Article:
The exciting new traveling exhibition Outbreak: Epidemics in a Connected World brings to Houston for the first time a one-of-a-kind experience that uncovers answers to the common questions regarding the risks and potential rapid spread of pandemic outbreaks: Why do pathogens emerge where they do? How do they spill over from animals to people? What can individuals and communities do to prevent the next outbreak? The John P. McGovern Museum of Health and Medical Science in Houston will be able to take an up-close and intricate look at pandemic risks in the 21st century, zoonotic emerging infectious diseases, and get a glimpse at how three outbreaks dramatically affected the Greater Houston region since the 1920s.
Created by the Smithsonian’s National Museum of Natural History in Washington, D.C., Outbreak: Epidemics in a Connected World will be on display at The Health Museum through May 2020. The locally curated epidemics that will be featured in the “Close to Home” section of Outbreak include the plague in Galveston in the 1920s, Polio in the 1950s and HIV in the 1980s.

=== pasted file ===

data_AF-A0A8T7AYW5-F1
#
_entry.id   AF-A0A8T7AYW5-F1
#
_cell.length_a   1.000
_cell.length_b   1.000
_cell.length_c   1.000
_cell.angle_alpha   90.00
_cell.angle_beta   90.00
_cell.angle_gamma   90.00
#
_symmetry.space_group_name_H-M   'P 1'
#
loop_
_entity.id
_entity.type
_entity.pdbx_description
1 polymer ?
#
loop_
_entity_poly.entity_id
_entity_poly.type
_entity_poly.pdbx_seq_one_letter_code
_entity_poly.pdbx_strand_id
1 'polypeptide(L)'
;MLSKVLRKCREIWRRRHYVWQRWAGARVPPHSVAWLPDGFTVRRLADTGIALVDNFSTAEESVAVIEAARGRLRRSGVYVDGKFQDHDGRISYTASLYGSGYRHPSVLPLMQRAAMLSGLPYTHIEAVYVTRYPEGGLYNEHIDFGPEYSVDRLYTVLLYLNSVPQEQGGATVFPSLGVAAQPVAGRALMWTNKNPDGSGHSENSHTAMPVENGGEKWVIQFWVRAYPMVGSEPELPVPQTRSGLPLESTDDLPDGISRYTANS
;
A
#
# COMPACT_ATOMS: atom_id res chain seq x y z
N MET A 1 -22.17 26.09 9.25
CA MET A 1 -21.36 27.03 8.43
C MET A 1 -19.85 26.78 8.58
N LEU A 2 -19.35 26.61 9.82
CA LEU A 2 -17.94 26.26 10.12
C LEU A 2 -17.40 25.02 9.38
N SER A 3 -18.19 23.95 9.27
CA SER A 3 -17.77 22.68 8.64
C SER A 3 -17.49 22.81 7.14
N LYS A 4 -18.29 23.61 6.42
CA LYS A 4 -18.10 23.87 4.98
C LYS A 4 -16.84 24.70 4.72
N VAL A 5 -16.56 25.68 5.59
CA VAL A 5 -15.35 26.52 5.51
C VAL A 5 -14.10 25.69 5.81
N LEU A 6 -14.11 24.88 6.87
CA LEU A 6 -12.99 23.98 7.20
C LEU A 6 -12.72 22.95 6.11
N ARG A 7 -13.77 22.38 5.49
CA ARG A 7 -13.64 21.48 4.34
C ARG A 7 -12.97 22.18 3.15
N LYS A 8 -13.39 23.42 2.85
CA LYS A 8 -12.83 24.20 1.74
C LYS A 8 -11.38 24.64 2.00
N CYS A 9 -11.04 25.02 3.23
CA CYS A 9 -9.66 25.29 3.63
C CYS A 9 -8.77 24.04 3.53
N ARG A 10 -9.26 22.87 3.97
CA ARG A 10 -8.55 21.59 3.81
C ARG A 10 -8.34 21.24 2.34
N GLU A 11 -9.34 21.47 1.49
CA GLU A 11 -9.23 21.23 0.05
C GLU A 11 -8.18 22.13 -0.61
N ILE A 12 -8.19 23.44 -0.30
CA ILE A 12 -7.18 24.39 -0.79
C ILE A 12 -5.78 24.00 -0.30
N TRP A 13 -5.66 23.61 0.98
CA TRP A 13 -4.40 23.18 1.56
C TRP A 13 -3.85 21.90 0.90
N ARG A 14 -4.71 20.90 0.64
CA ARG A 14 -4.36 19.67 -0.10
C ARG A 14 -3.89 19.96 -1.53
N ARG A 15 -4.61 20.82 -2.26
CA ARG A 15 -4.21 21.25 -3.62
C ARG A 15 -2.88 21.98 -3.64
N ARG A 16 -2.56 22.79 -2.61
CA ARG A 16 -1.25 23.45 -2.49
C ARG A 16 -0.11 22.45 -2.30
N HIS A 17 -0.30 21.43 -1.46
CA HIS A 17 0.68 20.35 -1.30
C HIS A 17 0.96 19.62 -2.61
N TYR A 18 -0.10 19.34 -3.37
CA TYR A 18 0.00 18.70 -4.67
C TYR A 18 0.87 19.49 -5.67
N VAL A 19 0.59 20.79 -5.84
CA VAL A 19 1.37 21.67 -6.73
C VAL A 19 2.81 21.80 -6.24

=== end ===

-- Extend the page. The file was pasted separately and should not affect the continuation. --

A bilingual experience in English and Spanish, Outbreak: Epidemics in a Connected World brings to life how communities around the world actively respond to these emergency scenarios.
A mockup of a real-life pandemic response – complete with HAZMAT equipment and staging – will serve as the dramatic entrance to the very real world of life-threatening potential outbreaks. To highlight the intimately connected relationship between human, animal and environmental health, a section of the exhibition will also feature bats and the risks most commonly associated with them and other wildlife.
Almost two-thirds of emerging diseases have a non-human animal source, and almost three-quarters of these originate from wildlife such as rodents, bats, birds, and primates.
Through Outbreak: Epidemics in a Connected World The Health Museum will give visitors a better understanding of the ecological relationships of our rapidly-changing planet and inspire them to become informed planet-savvy citizens. Additional seasonal and educational programming will be incorporated into Outbreak during its time in Houston.
For more information about Outbreak: Epidemics in a Connected World please visit https://www.thehealthmuseum.org/exhibit/outbreak-epidemics-connected-world.
General admission to The Health Museum is free for children two and under; $8 for children 3 to 12 years old and seniors 65 and above; $10 for adults; and free on Thursdays for families. Active and retired personnel receive half-off admission for up to four people. General admission also provides access to the museum’s multiple exhibits. For more information about The Health Museum visit?thehealthmuseum.org. [Organizer's description]